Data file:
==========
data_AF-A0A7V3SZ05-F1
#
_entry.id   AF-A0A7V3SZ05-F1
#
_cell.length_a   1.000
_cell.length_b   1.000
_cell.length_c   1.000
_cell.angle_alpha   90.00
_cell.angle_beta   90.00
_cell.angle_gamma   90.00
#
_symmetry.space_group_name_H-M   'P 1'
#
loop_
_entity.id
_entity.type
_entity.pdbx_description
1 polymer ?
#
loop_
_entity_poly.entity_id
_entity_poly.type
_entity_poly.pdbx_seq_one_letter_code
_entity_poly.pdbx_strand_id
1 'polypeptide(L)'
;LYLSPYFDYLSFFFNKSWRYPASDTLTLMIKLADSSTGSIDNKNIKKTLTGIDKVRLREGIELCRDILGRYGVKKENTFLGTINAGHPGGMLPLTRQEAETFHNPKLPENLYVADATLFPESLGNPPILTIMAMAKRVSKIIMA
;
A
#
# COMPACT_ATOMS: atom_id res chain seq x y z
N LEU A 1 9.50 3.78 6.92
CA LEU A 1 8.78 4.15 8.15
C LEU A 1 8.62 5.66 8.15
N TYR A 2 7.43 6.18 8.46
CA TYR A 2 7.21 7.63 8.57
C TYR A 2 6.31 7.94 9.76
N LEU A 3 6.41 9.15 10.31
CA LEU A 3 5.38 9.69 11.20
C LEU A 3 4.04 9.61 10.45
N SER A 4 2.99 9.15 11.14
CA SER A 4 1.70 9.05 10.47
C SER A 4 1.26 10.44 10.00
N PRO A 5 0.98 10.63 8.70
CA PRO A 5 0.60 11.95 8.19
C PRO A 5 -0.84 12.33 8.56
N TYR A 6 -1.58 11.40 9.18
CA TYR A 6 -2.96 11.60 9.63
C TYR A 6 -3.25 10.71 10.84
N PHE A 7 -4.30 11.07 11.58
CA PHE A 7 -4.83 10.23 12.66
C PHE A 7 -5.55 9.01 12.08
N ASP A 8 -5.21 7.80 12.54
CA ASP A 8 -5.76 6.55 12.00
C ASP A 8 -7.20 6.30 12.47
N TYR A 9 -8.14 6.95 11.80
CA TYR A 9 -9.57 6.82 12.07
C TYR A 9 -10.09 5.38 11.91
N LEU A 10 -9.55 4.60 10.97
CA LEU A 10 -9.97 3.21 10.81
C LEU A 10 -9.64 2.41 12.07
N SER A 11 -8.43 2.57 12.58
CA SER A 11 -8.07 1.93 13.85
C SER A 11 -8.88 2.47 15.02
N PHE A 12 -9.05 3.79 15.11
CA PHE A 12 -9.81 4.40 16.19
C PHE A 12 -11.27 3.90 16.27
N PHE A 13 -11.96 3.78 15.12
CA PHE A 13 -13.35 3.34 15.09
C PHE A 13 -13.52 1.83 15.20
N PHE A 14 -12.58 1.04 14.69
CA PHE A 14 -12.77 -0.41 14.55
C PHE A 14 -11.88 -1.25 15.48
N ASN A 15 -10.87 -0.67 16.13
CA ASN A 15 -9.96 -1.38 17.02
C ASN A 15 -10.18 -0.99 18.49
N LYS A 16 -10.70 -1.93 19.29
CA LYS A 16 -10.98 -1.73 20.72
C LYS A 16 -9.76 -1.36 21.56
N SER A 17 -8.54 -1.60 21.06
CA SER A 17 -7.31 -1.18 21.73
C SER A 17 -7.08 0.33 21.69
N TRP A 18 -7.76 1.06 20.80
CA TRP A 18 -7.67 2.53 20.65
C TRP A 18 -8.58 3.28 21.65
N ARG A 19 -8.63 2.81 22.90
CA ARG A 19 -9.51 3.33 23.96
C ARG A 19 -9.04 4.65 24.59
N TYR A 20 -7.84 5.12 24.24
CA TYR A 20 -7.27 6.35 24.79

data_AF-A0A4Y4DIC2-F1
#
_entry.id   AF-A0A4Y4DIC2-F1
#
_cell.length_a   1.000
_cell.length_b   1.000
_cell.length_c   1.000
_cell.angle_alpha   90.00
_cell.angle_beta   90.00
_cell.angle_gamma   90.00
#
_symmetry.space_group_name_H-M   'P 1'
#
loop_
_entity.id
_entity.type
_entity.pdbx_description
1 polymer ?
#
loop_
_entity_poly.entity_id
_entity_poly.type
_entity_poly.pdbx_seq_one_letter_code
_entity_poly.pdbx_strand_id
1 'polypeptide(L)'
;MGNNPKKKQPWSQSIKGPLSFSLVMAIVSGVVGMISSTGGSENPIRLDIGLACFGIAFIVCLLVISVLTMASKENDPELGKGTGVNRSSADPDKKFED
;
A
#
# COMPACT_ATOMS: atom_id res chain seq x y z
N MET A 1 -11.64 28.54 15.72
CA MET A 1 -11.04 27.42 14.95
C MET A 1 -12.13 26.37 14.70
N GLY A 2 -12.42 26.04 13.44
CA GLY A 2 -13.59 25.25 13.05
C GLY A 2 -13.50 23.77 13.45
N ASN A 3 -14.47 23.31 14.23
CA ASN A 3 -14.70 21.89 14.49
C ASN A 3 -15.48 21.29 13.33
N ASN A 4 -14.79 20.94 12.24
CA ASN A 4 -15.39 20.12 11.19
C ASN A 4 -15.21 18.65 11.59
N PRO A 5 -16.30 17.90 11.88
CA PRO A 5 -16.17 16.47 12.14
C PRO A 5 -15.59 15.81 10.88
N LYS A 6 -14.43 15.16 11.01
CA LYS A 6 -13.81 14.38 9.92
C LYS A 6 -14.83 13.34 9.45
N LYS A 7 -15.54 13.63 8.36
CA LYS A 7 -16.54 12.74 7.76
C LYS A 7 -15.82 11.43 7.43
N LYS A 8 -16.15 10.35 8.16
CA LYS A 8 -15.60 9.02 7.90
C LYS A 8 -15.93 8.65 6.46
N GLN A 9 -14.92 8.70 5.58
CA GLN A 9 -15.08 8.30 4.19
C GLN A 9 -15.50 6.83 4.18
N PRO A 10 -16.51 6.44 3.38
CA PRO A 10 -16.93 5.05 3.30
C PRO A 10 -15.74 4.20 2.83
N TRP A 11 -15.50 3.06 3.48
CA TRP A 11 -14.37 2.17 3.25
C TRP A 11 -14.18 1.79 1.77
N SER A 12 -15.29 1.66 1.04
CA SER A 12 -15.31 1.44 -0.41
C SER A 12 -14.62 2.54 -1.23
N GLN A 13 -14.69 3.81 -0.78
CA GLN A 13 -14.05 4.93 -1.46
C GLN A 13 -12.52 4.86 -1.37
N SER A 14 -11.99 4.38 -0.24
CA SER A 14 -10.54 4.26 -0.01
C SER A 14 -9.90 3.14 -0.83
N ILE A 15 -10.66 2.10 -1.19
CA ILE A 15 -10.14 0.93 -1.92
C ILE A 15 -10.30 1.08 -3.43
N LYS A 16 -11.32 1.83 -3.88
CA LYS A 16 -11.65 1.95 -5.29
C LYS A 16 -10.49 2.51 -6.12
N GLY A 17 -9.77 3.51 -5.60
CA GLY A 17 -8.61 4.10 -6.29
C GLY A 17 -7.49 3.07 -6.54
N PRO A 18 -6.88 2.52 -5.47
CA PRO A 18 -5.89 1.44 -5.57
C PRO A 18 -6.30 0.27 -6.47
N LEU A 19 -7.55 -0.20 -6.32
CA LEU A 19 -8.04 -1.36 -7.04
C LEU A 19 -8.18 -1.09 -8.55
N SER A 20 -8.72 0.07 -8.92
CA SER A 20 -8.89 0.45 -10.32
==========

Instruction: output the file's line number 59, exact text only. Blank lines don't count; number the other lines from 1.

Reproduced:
CA LEU A 10 -9.97 3.21 10.81